ISIL police battalions made up of mostly foreign fighters patrol the streets in 4x4’s and on foot, also setting up checkpoints across the city to inspect identification documents and report any violations to the strict code. Residents must provide tax receipts, proving they have paid the mandatory portion of their agricultural or retail dividends to the state, in order to cross.

Billboards, road signs and administrative buildings have been painted with the black flag of the Islamic State. ISIL has issued new drivers licenses, with the black ISIL logo on the back, and conducts driving tests. Armed traffic police issue fines and penalties for traffic violations.

Dress code is strict. Police inspect the length of men’s beards, with violent penalties including public lashings, or imprisonment enforced for those that are too closely shaved.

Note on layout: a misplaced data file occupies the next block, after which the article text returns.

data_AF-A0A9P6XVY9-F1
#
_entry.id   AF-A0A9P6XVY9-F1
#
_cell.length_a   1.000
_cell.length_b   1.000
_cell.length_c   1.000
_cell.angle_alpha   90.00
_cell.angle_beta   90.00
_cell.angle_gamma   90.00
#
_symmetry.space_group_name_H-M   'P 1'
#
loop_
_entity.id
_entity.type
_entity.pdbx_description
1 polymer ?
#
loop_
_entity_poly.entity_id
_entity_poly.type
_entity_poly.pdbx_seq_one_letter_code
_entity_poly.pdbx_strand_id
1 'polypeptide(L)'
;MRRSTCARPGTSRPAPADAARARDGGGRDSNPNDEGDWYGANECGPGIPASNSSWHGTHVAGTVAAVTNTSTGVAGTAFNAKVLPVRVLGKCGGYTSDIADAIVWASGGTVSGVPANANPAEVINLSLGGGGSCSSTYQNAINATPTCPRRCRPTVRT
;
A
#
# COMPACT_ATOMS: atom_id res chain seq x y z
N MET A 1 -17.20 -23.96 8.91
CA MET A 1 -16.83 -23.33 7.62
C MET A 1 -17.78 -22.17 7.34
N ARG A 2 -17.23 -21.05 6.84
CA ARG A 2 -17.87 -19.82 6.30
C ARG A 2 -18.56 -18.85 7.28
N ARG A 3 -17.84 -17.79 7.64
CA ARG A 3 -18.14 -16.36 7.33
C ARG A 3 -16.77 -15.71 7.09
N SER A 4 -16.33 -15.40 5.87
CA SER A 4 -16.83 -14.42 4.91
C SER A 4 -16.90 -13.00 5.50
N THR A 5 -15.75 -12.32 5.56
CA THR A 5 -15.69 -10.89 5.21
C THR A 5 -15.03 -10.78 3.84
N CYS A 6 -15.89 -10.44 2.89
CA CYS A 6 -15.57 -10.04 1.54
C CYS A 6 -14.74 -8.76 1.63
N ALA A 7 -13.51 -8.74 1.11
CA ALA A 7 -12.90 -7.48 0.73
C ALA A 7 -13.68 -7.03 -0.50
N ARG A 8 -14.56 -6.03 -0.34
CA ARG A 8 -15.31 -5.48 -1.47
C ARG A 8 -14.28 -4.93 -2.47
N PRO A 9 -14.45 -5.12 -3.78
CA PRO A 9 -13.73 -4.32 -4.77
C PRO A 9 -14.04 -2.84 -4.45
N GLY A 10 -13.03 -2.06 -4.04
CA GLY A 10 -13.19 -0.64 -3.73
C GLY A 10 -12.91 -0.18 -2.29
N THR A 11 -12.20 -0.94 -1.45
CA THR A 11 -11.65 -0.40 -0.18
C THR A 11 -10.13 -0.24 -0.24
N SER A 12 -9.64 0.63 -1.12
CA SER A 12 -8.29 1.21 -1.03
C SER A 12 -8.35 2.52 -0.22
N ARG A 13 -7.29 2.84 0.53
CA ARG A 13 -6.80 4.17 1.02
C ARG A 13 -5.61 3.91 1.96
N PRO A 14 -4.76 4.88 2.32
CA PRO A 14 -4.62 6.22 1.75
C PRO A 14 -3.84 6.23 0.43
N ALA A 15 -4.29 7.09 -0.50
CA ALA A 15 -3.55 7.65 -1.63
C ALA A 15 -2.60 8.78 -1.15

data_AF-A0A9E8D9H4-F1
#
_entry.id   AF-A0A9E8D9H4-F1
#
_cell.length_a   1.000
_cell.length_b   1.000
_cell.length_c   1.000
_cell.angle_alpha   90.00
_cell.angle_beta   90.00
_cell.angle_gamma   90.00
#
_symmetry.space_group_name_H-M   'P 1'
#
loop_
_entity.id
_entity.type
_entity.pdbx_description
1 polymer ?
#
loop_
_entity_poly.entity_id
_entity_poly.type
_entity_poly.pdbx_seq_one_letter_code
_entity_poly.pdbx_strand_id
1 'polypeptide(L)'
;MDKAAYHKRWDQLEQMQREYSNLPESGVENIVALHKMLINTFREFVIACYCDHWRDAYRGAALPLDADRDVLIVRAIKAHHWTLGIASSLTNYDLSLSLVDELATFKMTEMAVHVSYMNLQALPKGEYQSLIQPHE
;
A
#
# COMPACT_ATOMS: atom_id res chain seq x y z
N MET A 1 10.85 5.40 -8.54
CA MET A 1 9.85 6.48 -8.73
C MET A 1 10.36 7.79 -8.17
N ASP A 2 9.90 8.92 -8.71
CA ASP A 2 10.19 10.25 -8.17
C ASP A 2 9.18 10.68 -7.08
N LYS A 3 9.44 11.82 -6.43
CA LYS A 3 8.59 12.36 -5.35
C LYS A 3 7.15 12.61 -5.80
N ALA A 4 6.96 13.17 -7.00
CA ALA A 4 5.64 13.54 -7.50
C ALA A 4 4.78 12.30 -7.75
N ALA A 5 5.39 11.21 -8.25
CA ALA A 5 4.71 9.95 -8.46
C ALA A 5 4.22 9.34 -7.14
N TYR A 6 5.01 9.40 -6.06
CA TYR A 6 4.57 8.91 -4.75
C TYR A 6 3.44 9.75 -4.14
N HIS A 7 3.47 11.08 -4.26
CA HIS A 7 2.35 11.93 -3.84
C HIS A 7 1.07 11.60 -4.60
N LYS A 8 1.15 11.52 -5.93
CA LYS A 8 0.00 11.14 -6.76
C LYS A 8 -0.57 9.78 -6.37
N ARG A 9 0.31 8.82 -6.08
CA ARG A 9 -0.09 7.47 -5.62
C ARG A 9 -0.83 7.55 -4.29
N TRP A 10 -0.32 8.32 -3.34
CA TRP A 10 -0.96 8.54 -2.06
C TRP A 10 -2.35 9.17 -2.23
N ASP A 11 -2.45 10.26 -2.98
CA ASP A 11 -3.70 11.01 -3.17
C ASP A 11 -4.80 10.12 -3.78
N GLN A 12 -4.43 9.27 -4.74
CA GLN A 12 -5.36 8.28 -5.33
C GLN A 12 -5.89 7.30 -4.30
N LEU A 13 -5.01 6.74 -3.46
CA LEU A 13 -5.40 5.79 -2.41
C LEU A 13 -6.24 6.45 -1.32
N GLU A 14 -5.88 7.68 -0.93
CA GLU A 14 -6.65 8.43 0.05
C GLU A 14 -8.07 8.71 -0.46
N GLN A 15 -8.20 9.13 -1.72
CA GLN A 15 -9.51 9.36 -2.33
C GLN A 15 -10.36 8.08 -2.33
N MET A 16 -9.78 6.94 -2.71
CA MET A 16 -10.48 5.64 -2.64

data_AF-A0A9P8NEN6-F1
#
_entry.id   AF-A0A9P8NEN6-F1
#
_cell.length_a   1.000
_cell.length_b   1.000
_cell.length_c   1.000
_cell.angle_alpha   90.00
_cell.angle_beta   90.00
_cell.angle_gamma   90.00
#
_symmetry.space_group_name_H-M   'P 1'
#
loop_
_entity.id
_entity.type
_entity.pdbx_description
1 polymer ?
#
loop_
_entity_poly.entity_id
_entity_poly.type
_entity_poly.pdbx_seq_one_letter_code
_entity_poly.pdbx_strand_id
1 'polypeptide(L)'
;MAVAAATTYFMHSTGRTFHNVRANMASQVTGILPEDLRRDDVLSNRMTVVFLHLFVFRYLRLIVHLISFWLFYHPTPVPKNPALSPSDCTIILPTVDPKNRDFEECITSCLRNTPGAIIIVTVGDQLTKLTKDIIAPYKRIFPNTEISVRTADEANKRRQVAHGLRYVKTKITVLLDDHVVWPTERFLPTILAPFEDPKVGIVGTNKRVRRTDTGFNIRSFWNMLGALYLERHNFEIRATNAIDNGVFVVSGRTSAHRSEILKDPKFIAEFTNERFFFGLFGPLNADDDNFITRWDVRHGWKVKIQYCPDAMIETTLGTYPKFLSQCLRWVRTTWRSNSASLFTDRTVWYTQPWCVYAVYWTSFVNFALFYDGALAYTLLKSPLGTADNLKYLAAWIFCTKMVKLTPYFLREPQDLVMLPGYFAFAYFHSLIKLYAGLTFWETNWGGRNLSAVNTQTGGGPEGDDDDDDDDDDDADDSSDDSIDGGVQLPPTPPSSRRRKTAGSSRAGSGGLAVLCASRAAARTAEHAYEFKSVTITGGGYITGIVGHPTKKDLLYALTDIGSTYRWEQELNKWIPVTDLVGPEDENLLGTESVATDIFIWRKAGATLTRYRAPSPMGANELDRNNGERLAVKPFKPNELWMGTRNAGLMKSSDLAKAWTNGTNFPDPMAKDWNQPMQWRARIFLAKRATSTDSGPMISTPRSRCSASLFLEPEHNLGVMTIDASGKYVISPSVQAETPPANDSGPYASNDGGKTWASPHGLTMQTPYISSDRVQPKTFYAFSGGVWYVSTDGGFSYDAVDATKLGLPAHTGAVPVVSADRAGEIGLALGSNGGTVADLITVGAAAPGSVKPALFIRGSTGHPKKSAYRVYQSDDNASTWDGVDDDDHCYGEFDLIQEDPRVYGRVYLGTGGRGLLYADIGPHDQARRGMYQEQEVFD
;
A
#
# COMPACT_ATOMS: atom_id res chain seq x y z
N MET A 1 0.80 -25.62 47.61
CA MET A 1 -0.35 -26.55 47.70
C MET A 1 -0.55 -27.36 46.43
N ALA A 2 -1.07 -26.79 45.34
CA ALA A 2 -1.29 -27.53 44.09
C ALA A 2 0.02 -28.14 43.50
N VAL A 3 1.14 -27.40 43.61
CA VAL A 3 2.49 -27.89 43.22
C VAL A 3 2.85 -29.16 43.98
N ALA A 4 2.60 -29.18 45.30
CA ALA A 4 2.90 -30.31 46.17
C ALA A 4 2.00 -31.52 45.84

“They will stop you in the street and tell you your beard is too short. They will even demand to know where you shaved, and may go and arrest that barber!” said Sarmad Al-Jilane, an anti-ISIL activist with the Raqqa is Being Slaughtered Silently group, who is now living in Gaziantep.

Women must wear the full-length black burqa, complete with niqab and gloves. Female ISIL battalions are deployed to streets and schools to monitor and report any violations of the dress code. Many women have ceased to leave the house.

“My wife didn’t leave the house for six months,” said Mohammed Khedr, now an activist with the Turkey-based Sound and Picture Organisation, which documents human rights violations committed by the group through a network of activists and reporters on the ground.

A graphic designer and advertising professional, Khedr risked his life to print and distribute anti-ISIL leaflets and posters around Raqqa before being forced to flee after the group attempted to co-opt his skills for its propaganda newspaper in April.